Amy Poehler fights for better pay for restaurant workers

It's not Amy Poehler's first campaign, as the actress ran a successful -- albeit fictional -- one for governor of Indiana on the television show "Parks and Recreation." In real life, the actress and former waitress is playing a supporting role in an effort to ensure better pay for workers who depend on tips to make a living. 

Poehler will join speakers including restaurant, nail salon and car wash workers at a rally Tuesday in New York to call for the state to join seven others that pay tipped workers the general minimum wage, in addition to tips, instead of the lower baseline earnings tipped workers around the U.S. usually make.  

While wages vary by state, tipped workers can be paid as little as $2.13 an hour under federal law.  

In New York, tipped workers on average make between $7.50 and $8.65 an hour, below the state's general minimum wage, which ranges from $10.40 to $13.00, depending on the region, according to the Restaurant Opportunities Center (ROC), a group that advocates for better wages and working conditions for restaurant workers.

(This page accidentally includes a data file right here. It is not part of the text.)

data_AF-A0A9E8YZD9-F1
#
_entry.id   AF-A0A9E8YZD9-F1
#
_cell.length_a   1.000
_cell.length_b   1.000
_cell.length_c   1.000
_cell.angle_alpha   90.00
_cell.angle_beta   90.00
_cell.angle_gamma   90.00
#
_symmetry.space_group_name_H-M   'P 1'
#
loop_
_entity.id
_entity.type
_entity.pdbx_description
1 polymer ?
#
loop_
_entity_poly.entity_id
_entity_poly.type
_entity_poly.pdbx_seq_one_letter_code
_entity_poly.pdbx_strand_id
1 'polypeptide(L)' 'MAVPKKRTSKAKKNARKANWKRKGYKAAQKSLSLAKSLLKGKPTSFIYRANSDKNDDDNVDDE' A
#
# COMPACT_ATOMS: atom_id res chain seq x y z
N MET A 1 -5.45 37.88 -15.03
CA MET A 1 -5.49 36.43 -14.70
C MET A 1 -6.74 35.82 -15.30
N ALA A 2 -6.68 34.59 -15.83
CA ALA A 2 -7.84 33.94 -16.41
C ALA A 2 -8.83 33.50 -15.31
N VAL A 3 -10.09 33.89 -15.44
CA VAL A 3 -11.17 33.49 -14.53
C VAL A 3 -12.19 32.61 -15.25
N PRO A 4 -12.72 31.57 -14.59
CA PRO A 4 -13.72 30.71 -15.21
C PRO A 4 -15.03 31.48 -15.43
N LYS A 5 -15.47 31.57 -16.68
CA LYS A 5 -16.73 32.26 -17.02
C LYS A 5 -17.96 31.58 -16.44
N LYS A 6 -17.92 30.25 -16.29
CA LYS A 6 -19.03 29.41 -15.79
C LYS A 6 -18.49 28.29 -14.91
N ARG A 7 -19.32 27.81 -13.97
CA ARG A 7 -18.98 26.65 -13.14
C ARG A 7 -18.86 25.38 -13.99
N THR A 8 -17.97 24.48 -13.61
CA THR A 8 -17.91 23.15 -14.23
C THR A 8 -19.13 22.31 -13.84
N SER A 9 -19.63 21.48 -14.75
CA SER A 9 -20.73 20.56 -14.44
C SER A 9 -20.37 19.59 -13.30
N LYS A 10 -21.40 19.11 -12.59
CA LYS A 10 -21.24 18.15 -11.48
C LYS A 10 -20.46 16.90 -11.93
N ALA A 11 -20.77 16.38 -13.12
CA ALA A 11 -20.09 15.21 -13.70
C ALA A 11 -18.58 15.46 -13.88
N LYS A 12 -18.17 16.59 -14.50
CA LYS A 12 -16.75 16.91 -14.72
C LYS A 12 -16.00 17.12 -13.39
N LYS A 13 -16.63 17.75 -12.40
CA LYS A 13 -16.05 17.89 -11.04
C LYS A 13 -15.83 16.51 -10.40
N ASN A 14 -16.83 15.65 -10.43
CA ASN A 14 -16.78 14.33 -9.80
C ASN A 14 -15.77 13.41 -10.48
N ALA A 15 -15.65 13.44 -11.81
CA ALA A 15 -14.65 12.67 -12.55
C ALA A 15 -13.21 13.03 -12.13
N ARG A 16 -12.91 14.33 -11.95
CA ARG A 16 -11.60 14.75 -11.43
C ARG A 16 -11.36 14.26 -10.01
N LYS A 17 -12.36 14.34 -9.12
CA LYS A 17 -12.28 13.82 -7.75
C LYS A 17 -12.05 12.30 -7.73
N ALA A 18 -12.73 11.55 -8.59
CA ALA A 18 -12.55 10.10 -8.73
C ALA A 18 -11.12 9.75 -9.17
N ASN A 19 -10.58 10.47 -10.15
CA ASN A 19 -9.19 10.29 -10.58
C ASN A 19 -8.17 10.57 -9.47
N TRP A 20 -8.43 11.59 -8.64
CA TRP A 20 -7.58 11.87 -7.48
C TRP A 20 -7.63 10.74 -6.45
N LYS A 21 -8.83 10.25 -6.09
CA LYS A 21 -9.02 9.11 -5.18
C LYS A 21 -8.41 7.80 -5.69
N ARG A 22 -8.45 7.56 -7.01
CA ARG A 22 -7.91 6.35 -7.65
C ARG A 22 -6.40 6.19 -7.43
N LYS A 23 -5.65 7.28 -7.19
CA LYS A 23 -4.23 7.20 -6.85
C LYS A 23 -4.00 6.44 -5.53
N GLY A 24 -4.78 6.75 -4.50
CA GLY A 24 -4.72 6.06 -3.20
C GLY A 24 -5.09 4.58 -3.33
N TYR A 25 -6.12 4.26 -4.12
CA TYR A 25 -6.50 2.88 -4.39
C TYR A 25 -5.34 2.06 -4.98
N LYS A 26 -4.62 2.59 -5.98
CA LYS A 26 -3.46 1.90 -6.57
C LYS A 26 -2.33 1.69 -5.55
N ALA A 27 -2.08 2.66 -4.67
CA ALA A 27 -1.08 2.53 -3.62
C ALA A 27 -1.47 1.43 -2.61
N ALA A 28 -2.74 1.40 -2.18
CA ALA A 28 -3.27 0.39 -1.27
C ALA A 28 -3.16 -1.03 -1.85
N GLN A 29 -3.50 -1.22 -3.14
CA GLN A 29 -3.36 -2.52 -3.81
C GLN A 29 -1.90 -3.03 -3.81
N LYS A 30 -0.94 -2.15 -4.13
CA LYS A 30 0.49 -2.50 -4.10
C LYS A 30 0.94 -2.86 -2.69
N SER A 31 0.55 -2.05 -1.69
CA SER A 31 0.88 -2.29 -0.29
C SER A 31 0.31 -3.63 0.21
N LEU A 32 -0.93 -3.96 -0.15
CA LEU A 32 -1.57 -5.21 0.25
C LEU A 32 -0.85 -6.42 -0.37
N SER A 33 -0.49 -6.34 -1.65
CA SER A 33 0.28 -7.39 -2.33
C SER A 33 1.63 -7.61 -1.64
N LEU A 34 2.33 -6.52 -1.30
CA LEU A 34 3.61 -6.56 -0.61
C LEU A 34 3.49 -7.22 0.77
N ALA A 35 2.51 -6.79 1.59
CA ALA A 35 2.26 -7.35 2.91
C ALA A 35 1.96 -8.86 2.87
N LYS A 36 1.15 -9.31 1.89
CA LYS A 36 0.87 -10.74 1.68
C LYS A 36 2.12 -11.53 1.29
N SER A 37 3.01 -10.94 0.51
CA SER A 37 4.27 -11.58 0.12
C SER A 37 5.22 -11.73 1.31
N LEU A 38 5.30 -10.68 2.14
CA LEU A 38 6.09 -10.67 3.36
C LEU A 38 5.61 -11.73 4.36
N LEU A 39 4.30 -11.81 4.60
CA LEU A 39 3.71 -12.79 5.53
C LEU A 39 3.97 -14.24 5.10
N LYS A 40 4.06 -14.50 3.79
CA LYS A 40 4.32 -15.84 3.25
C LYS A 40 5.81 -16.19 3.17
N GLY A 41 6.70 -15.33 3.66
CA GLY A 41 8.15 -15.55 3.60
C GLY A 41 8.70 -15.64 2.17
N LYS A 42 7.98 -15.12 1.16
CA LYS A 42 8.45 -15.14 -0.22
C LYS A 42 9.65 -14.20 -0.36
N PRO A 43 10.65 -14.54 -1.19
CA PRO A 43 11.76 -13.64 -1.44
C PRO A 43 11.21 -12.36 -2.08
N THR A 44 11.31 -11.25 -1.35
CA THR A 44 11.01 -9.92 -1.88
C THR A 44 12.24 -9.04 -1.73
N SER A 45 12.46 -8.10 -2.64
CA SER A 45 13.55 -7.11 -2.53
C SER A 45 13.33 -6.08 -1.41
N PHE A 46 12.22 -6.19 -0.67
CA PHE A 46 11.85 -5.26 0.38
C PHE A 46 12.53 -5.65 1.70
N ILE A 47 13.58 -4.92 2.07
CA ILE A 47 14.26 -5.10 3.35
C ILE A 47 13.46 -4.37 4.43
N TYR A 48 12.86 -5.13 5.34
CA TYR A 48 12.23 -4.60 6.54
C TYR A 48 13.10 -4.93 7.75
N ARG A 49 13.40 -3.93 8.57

Poehler in January brought one of ROC's founders, Saru Jayaraman of the UC Berkeley's Food Labor Research Center, to the Golden Globes to highlight labor issues in the food industry.

Jayaraman's advocacy on behalf of restaurant workers began with efforts to help workers displaced from their jobs in the World Trade Center by the September 11 attacks. 

Poehler, a "Saturday Night Live" alum, has said in interviews that she worked as a waitress for 15 years before her acting career took off. As she told the New York Daily News: "I wasn't born at the Golden Globes."

About 70 percent of restaurant servers in the U.S. are women. Counting on tips to earn a living can mean tolerating harassment from customers, as well as pressure from bosses to dress provocatively, advocates say.

The seven states that have legislated one minimum wage for all workers have lower incidences of sexual harassment and restaurants see increased sales, according to research published last week by ROC, the lead organizer of the One Fair Wage campaign.

New York Gov. Andrew Cuomo in January said state labor officials would hold hearings to consider establishing a single minimum wage for all workers, including those who get tips.